CARS.COM — The Toyota Camry topped the American-Made Index for the second consecutive year, while the No. 2 Honda Accord and No. 5 Honda Pilot returned to the index for the first time since 2012. Also back are five AMI regulars: the Toyota Sienna, Honda Odyssey and GM’s Michigan-built crossovers — the Chevrolet Traverse, GMC Acadia and Buick Enclave. (GM will assemble the redesigned 2017 Acadia in Tennessee, not Michigan, but it wasn’t yet on sale during the period covered here, which is Jan. 1 to May 31.)
1. Toyota Camry
2. Honda Accord
3. Toyota Sienna
4. Honda Odyssey
5. Honda Pilot
6. Chevrolet Traverse
7. GMC Acadia
8. Buick Enclave
After reaching an all-time low of just seven cars in 2015, the AMI is up to eight cars. That’s still lower than earlier AMIs, when the index regularly hit its 10-car limit, with dozens of models qualifying as recently as 2011.
In a testament to the auto industry’s globalization, that list of AMI-eligible cars has dwindled in recent years even as total U.S. light-vehicle production has increased.
In today’s global economy, there’s no easy way to determine just how American a car is. Cars.com’s American-Made Index looks at cars on a model-by-model basis, not by manufacturer. It recognizes cars that are assembled here, using a high percentage of domestic parts, and which are bought in large numbers by American consumers.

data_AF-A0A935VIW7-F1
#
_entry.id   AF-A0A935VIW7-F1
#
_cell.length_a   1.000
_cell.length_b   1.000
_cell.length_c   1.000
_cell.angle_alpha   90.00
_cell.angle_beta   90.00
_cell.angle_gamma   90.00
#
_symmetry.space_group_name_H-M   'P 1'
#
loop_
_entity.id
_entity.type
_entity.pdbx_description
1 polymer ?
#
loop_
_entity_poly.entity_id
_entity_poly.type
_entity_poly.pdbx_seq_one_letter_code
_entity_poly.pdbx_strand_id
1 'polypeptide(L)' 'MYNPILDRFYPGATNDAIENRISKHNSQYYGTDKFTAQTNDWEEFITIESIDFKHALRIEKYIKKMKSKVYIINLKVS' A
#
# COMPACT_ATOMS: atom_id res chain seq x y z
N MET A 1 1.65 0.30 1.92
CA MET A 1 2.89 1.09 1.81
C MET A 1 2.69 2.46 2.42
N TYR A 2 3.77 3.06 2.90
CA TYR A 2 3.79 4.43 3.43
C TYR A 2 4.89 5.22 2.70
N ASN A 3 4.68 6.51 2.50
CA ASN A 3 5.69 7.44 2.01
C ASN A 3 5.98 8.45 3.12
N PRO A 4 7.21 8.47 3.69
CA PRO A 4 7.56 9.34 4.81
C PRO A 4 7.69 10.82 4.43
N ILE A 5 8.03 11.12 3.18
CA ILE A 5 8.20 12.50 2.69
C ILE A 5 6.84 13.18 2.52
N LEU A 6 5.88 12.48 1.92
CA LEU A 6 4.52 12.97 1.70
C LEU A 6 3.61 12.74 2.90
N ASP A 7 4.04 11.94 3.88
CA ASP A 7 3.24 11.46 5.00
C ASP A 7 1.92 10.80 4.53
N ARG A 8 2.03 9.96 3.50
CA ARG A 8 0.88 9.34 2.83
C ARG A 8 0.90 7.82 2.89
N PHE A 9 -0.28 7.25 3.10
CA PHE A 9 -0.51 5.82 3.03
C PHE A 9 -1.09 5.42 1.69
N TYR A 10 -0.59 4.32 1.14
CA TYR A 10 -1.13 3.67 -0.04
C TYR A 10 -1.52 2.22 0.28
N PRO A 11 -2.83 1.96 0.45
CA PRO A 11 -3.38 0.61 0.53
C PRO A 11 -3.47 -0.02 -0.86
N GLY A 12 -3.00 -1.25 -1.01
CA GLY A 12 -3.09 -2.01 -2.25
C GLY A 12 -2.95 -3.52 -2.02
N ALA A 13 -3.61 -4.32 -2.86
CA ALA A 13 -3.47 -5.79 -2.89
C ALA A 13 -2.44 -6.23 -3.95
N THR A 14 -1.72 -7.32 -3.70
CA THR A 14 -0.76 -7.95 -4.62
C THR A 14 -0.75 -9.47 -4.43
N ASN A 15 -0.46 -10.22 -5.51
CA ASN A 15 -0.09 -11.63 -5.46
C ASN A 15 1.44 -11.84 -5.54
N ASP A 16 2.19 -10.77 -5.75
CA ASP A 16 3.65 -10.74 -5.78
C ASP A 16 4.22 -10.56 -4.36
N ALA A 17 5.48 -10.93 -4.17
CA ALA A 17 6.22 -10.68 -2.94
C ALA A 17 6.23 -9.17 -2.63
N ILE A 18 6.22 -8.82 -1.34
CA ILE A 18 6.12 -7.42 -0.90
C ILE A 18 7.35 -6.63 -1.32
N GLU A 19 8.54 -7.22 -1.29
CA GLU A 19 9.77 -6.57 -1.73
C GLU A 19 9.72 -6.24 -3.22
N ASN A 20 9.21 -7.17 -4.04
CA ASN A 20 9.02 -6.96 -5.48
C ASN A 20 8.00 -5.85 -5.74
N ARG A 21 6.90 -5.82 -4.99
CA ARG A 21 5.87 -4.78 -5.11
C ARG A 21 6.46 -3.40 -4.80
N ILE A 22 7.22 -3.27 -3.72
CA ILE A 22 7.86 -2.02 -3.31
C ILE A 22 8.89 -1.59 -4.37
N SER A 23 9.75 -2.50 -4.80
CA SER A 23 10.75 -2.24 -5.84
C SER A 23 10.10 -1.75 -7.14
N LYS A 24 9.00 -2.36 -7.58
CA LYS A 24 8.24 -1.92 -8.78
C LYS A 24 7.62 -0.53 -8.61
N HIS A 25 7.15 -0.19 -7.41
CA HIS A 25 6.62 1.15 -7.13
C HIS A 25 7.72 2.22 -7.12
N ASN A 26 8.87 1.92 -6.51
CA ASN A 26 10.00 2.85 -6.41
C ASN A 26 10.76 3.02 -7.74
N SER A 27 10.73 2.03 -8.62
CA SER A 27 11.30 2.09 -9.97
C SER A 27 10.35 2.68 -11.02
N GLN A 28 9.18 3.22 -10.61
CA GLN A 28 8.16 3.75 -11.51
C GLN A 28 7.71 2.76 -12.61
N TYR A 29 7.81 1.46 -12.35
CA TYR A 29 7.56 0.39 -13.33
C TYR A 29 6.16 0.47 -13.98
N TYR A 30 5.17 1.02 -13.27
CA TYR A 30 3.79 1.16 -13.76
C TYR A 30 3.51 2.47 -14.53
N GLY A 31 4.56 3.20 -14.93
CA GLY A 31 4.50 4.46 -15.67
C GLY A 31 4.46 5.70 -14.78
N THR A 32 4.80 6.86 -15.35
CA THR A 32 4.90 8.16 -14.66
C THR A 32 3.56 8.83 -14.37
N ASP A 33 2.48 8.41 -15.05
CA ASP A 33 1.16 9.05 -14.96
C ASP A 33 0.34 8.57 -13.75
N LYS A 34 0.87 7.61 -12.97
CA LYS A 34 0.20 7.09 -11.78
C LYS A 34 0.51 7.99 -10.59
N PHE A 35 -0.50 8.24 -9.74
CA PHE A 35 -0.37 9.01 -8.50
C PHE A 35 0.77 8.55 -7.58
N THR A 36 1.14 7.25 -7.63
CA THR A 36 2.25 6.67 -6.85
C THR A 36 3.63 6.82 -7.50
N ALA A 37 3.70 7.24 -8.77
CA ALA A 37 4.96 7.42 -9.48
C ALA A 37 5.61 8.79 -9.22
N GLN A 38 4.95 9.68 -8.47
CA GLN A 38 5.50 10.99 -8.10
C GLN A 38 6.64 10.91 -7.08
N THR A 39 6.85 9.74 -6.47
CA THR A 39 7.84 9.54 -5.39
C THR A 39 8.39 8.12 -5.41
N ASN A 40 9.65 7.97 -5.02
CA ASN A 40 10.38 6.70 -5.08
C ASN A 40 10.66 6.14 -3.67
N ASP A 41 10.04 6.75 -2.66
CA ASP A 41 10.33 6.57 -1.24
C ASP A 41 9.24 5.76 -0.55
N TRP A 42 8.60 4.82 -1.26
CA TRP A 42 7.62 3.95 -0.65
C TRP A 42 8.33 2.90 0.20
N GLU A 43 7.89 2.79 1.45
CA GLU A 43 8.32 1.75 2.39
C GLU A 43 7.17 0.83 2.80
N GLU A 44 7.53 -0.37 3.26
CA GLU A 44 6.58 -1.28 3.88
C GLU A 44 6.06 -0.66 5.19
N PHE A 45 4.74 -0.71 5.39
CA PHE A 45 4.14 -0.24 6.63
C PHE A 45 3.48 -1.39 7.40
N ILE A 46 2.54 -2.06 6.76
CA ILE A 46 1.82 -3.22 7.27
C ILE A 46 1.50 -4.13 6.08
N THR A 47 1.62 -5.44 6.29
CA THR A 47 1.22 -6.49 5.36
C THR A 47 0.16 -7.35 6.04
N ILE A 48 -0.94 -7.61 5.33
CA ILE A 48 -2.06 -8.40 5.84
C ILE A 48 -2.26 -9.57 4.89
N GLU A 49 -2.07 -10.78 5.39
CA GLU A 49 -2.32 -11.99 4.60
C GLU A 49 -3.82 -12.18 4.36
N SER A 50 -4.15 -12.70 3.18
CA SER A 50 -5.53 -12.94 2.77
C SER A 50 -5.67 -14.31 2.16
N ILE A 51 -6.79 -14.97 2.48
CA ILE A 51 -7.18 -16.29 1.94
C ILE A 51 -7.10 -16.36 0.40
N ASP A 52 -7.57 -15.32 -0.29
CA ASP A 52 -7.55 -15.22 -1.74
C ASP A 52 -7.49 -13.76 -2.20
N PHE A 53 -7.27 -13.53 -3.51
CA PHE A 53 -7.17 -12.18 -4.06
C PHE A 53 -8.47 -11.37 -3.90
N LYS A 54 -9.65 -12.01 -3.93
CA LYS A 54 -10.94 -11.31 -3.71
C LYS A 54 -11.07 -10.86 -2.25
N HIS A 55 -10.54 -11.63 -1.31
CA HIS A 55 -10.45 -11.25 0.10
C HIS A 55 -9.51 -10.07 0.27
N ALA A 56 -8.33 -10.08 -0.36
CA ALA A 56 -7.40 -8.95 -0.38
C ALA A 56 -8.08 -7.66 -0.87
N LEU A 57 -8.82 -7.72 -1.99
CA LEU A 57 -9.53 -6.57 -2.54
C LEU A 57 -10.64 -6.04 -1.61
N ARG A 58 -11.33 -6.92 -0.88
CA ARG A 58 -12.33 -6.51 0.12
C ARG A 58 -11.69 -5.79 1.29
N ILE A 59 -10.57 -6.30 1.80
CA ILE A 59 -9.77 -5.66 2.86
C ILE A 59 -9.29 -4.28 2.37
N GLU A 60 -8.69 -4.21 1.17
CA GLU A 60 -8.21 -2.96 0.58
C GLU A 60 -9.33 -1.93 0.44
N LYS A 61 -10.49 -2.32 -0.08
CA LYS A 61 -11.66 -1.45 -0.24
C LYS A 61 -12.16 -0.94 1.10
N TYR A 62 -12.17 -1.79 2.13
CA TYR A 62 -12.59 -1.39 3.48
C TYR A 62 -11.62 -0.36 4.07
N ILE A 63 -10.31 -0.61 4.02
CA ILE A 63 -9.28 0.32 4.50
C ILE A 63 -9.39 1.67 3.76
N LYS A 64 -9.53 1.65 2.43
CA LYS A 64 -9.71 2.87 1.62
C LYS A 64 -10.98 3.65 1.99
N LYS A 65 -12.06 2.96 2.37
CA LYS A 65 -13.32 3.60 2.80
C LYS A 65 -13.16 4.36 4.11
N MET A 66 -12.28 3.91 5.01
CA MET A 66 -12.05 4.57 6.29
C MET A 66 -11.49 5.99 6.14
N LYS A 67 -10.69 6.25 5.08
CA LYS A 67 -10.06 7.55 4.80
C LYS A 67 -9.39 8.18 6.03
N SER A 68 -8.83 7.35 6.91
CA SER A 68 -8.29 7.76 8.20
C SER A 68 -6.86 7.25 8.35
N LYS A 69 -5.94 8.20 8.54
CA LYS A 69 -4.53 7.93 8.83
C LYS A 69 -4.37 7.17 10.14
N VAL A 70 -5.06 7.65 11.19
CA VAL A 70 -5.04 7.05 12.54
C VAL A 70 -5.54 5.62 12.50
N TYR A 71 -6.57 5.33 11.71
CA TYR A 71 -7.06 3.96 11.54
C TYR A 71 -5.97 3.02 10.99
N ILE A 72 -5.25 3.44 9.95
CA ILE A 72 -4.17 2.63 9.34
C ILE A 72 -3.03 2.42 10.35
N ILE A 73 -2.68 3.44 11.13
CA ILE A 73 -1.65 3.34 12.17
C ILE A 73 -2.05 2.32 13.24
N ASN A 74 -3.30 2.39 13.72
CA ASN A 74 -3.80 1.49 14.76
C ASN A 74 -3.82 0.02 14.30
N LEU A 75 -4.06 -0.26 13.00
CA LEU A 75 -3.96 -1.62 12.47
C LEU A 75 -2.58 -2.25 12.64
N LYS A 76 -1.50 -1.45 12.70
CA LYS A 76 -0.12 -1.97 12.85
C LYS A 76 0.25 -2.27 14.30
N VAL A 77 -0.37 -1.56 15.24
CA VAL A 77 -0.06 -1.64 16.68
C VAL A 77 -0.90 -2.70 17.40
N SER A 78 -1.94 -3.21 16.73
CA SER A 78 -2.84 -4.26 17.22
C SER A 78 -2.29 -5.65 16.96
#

Five of this year’s eight AMI cars are from foreign-based automakers; the last time a Detroit Three vehicle topped the AMI was in 2014, when the Ford F-150 pickup truck ranked No. 1. (This year’s F-150, like many other vehicles, fell below the AMI’s 75-percent eligibility threshold for domestic-parts content.) But in a year when auto manufacturing has been the subject of controversy on the presidential campaign trail, it’s important to remember the AMI rates cars, not automakers.
When it comes to the latter, the Detroit Three’s economic impact in the U.S. is undeniable. The American Automotive Policy Council, a group that represents GM, Ford and Fiat Chrysler Automobiles, claims its members employ more than two-thirds of all U.S. auto workers. The Detroit Three run 25 of the 42 U.S. assembly plants that build light-duty passenger cars bought in the U.S., according to Automotive News. The remaining 17 assembly plants come from nine other automakers: BMW, Honda, Hyundai-Kia, Mercedes-Benz, Nissan, Subaru, Tesla, Toyota and Volkswagen. All but Tesla are headquartered overseas.
But foreign-based automakers contribute plenty. A 2015 study by the Center for Automotive Research, a Michigan-based nonprofit group, found the auto industry accounts for about 3 percent of all foreign direct investment in the U.S. — some $74 billion in total. In its December 2015 contributions report, the Japan Automobile Manufacturers Association said U.S. vehicle production from Japan-based automakers has climbed from 2.3 million cars in 1995 to more than 3.8 million in 2014. Production drives employment. Cars.com analyzed employment and production figures to see how many assembly-plant jobs each model supports; it’s the same analysis we did in last year’s AMI. The 2016 analysis shows one foreign-based automaker’s car — the Toyota Camry — still supports the most assembly-plant jobs of any AMI vehicle by a wide margin.